Ezetimibe produces strongest CV benefit in patients with diabetes
Among patients with recent ACS on statin therapy, those with diabetes benefited most from adding ezetimibe vs. those without diabetes, according to new data from the IMPROVE-IT trial.
The treatment effect of ezetimibe (Zetia, Merck) did not differ by diabetes status in patients aged at least 75 years, but patients younger than 75 years had greater benefit with ezetimibe if they had diabetes than if they did not, Robert P. Giugliano, MD, SM, cardiovascular medicine specialist at Brigham and Women’s Hospital and a senior investigator at the Thrombolysis in Myocardial Infarction Study Group, and colleagues reported in Circulation.
The analysis was one of several from IMPROVE-IT presented at the European Society of Cardiology Congress in 2015, as Cardiology Today previously reported.
Giugliano and colleagues analyzed whether there was a difference in treatment effect for ezetimibe plus simvastatin (Vytorin, Merck) vs. placebo plus simvastatin according to diabetes status in the IMPROVE-IT population.
Compared with those without diabetes, the 27% of the 18,144 patients from IMPROVE-IT with diabetes were older, more likely to be women, more likely to have prior MI and revascularization, and more likely to have presented with non-ST segment elevation ACS (P < .001 for all), according to the researchers.
Median LDL at admission was lower in those with diabetes than in those without it (89 mg/dL vs. 97 mg/dL; P < .001). Time-weighted average LDL achieved was lower in those assigned ezetimibe regardless of diabetes status (patients with diabetes: 49 mg/dL vs. 67 mg/dL; patients without diabetes, 55 mg/dL vs. 71 mg/dL; P < .001 for both).
The absolute reduction in the primary endpoint of CV death, major coronary events and stroke at 7 years conferred by ezetimibe was 5.5% in patients with diabetes (HR = 0.85; 95% CI, 0.78-0.94) but 0.7% in patients without diabetes (HR = 0.98; 95% CI, 0.91-1.04; P for interaction = .02), according to the researchers.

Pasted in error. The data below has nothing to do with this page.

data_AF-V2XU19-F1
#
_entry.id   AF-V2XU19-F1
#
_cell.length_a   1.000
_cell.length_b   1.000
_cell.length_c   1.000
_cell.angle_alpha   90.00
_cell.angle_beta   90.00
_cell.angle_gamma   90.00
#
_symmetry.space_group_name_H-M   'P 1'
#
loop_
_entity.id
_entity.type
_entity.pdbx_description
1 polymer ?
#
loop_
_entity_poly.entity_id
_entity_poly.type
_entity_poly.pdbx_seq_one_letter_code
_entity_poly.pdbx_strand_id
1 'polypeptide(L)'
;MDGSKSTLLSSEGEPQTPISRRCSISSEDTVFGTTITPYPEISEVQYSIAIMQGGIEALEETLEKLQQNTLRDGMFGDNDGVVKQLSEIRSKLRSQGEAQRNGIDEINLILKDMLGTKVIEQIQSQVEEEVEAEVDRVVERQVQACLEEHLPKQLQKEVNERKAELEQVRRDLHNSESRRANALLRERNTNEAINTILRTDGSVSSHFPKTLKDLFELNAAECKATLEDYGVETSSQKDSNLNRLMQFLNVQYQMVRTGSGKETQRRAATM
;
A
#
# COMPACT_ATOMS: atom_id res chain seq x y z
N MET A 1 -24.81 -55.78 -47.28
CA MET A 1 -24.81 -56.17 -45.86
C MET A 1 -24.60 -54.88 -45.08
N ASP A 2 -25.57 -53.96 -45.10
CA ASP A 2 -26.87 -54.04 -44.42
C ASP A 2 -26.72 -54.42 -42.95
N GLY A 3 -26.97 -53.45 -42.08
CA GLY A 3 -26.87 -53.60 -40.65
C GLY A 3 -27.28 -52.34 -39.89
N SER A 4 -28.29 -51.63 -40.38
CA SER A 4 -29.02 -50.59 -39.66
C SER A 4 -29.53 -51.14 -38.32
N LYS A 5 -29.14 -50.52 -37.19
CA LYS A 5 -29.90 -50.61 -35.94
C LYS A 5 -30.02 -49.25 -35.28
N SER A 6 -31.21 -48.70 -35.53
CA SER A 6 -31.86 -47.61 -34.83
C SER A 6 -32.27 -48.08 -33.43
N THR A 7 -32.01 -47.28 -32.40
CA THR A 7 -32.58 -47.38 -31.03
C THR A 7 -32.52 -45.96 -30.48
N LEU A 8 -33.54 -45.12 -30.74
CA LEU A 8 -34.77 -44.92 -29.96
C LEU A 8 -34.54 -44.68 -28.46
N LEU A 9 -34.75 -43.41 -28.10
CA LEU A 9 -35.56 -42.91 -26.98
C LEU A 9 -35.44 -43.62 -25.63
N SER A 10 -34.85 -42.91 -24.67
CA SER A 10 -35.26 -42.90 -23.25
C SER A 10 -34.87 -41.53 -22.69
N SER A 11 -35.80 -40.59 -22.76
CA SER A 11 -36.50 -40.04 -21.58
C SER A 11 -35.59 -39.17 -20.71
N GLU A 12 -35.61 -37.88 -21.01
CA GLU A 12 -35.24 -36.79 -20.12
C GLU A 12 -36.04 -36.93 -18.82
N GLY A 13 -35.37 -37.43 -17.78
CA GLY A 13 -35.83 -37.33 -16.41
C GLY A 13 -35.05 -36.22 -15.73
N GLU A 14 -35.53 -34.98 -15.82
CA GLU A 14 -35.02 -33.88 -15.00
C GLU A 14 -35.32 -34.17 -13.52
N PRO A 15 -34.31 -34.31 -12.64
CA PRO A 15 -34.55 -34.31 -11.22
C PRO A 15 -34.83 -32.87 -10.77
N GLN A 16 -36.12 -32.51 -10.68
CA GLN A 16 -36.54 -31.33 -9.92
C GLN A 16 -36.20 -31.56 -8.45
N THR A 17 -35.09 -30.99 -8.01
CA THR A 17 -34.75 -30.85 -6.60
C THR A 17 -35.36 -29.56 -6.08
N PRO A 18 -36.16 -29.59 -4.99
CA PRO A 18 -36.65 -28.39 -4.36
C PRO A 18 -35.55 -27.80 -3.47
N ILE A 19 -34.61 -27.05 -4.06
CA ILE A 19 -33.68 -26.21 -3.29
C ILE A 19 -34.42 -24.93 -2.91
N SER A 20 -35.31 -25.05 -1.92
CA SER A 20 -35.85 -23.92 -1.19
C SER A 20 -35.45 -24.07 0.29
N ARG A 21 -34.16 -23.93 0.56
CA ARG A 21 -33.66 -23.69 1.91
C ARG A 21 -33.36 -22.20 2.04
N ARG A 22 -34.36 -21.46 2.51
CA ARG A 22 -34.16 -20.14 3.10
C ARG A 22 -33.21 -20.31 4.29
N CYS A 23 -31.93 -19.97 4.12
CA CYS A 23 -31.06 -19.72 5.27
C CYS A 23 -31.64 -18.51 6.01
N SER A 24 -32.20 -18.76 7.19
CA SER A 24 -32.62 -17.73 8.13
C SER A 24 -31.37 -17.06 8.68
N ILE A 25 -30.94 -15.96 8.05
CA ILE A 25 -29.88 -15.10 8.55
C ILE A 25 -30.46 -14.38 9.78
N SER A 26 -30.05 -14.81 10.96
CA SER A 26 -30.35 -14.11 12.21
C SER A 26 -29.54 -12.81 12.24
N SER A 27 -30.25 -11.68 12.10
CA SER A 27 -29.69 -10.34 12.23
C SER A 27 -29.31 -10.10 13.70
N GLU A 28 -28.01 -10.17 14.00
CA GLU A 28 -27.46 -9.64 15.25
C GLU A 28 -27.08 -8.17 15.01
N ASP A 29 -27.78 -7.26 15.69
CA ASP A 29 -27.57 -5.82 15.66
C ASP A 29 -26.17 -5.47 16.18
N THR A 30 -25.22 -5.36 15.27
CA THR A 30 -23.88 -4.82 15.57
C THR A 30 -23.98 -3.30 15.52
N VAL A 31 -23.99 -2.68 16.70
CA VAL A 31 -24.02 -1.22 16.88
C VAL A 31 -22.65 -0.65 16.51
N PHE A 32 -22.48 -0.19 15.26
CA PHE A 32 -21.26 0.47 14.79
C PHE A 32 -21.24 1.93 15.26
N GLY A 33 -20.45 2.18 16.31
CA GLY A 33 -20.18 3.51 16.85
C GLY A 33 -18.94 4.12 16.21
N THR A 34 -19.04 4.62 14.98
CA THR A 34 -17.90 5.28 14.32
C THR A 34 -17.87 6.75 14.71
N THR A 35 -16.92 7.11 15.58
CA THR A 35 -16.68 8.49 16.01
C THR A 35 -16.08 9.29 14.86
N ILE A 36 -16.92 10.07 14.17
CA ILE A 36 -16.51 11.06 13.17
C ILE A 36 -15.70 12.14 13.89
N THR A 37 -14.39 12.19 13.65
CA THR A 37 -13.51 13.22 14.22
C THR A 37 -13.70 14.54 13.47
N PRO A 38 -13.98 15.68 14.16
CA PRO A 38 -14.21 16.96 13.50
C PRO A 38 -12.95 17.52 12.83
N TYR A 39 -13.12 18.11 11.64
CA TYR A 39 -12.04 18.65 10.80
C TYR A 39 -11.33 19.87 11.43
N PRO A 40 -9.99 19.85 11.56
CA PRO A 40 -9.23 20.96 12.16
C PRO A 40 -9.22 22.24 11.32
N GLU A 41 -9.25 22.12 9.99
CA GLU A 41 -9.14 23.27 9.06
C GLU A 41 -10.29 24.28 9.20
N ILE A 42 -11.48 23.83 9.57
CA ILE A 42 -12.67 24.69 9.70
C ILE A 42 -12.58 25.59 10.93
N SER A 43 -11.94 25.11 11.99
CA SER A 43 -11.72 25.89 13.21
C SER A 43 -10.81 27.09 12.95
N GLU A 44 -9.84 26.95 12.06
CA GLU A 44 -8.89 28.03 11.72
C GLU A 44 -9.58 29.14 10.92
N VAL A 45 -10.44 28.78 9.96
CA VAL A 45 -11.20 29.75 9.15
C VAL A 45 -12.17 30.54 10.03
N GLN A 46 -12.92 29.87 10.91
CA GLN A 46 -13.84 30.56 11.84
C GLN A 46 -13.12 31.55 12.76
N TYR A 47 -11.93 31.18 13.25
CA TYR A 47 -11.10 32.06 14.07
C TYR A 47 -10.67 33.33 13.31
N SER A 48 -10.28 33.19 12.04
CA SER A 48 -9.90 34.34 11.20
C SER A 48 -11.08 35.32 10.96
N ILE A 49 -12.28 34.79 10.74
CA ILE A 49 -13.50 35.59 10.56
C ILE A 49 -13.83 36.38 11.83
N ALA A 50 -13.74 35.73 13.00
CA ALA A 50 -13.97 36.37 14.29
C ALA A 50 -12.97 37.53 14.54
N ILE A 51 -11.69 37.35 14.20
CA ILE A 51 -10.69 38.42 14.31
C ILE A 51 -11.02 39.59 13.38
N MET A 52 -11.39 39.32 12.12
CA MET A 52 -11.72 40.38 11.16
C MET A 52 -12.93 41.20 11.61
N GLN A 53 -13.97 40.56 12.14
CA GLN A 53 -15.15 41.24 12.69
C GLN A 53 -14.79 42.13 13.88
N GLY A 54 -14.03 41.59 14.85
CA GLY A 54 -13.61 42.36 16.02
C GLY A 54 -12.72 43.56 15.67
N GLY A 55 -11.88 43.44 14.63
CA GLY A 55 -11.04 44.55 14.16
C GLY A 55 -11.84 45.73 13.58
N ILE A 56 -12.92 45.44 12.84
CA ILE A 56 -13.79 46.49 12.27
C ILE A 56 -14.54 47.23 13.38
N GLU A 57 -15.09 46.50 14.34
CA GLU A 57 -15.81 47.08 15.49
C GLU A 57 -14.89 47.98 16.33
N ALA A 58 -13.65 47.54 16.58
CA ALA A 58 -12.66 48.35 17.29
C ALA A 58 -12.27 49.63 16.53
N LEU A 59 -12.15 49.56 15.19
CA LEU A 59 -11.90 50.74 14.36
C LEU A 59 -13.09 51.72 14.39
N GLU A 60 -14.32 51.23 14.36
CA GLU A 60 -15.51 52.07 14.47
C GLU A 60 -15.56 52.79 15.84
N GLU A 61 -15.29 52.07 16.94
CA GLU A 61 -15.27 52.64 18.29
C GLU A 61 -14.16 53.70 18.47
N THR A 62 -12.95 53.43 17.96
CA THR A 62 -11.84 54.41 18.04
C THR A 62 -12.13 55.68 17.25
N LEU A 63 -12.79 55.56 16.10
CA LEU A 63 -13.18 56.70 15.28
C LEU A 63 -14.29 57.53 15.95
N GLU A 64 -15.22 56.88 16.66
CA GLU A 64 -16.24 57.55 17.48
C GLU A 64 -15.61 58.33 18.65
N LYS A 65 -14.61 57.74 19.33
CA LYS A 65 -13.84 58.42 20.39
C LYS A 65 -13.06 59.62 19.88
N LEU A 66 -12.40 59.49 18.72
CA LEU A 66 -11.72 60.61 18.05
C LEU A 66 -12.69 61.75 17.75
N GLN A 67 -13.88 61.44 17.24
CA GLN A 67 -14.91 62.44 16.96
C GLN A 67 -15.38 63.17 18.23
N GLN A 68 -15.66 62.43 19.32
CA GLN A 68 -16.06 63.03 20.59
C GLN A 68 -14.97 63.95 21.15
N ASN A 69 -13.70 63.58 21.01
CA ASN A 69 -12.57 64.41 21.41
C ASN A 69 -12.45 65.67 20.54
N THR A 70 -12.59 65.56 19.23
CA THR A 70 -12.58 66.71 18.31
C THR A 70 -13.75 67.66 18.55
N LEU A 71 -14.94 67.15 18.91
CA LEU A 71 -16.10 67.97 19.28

Among those with diabetes, ezetimibe was associated with a 24% RR in MI and a 39% RR in ischemic stroke, they wrote. Safety outcomes did not differ by diabetes status.
In patients aged at least 75 years, ezetimibe was linked to a 20% RR in the primary endpoint, which was consistent regardless of diabetes status (P for interaction = .91). However, Giugliano and colleagues wrote, in patients younger than 75 years, ezetimibe reduced risk for the primary endpoint in those with diabetes (HR = 0.87; 95% CI, 0.78-0.96; number needed to treat = 21; 95% CI, 12-73) but not in those without diabetes (HR = 1.02; 95% CI, 0.95-1.1; P for interaction = .01).
Benefit and risk
In an analysis in which patients were stratified by TIMI risk score for secondary prevention, benefit from ezetimibe was consistent across risk scores in patients with diabetes. However, in patients without diabetes, those with a high risk score had an 18% RR in CV death/MI/ischemic stroke with ezetimibe/simvastatin vs. placebo/simvastatin, but those with a medium or low score had no benefit (P for interaction = .034).
“It would be incorrect to conclude that patients without diabetes experienced no benefit with the addition of ezetimibe,” Giugliano and colleagues wrote. “Although the benefit of adding ezetimibe to simvastatin in patients without [diabetes] was modest overall, among nondiabetic patients who were at high risk for cardiovascular events, either on the basis of advanced age or an elevated risk score, significant reductions in cardiovascular events were observed with [ezetimibe/simvastatin] compared to [placebo/simvastatin].” – by Erik Swain
Disclosures: IMPROVE-IT was sponsored by Merck. Giugliano reports he has financial ties with Amarin, Amgen, Bristol-Myers Squibb, CVS Caremark, Daiichi Sankyo, GlaxoSmithKline, Lexicon, Merck and Pfizer. Please see the study for the other authors’ relevant financial disclosures.